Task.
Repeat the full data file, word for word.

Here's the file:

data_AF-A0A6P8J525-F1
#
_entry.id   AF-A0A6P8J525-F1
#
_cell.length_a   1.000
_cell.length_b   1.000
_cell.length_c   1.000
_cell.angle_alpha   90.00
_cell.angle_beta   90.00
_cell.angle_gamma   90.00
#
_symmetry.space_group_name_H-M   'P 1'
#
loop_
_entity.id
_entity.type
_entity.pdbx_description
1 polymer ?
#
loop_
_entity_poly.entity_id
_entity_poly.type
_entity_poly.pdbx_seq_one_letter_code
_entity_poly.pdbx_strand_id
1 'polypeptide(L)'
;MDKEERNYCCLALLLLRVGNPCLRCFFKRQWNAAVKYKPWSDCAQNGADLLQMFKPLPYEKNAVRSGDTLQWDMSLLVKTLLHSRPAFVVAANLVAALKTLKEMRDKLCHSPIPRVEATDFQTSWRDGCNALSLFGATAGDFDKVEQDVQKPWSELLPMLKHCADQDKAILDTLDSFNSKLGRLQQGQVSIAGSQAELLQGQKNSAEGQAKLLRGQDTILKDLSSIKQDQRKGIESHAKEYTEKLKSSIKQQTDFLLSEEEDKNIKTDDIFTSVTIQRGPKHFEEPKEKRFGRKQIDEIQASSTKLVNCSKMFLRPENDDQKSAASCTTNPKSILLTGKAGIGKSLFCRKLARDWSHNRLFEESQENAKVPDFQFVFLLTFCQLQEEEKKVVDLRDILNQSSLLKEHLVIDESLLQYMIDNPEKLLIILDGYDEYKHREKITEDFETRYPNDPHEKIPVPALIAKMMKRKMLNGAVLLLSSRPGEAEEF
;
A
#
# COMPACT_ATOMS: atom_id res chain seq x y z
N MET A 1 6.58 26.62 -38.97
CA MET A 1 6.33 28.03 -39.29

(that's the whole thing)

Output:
data_AF-A0A6P8J525-F1
#
_entry.id   AF-A0A6P8J525-F1
#
_cell.length_a   1.000
_cell.length_b   1.000
_cell.length_c   1.000
_cell.angle_alpha   90.00
_cell.angle_beta   90.00
_cell.angle_gamma   90.00
#
_symmetry.space_group_name_H-M   'P 1'
#
loop_
_entity.id
_entity.type
_entity.pdbx_description
1 polymer ?
#
loop_
_entity_poly.entity_id
_entity_poly.type
_entity_poly.pdbx_seq_one_letter_code
_entity_poly.pdbx_strand_id
1 'polypeptide(L)'
;MDKEERNYCCLALLLLRVGNPCLRCFFKRQWNAAVKYKPWSDCAQNGADLLQMFKPLPYEKNAVRSGDTLQWDMSLLVKTLLHSRPAFVVAANLVAALKTLKEMRDKLCHSPIPRVEATDFQTSWRDGCNALSLFGATAGDFDKVEQDVQKPWSELLPMLKHCADQDKAILDTLDSFNSKLGRLQQGQVSIAGSQAELLQGQKNSAEGQAKLLRGQDTILKDLSSIKQDQRKGIESHAKEYTEKLKSSIKQQTDFLLSEEEDKNIKTDDIFTSVTIQRGPKHFEEPKEKRFGRKQIDEIQASSTKLVNCSKMFLRPENDDQKSAASCTTNPKSILLTGKAGIGKSLFCRKLARDWSHNRLFEESQENAKVPDFQFVFLLTFCQLQEEEKKVVDLRDILNQSSLLKEHLVIDESLLQYMIDNPEKLLIILDGYDEYKHREKITEDFETRYPNDPHEKIPVPALIAKMMKRKMLNGAVLLLSSRPGEAEEF
;
A
#
# COMPACT_ATOMS: atom_id res chain seq x y z
N MET A 1 6.58 26.62 -38.97
CA MET A 1 6.33 28.03 -39.29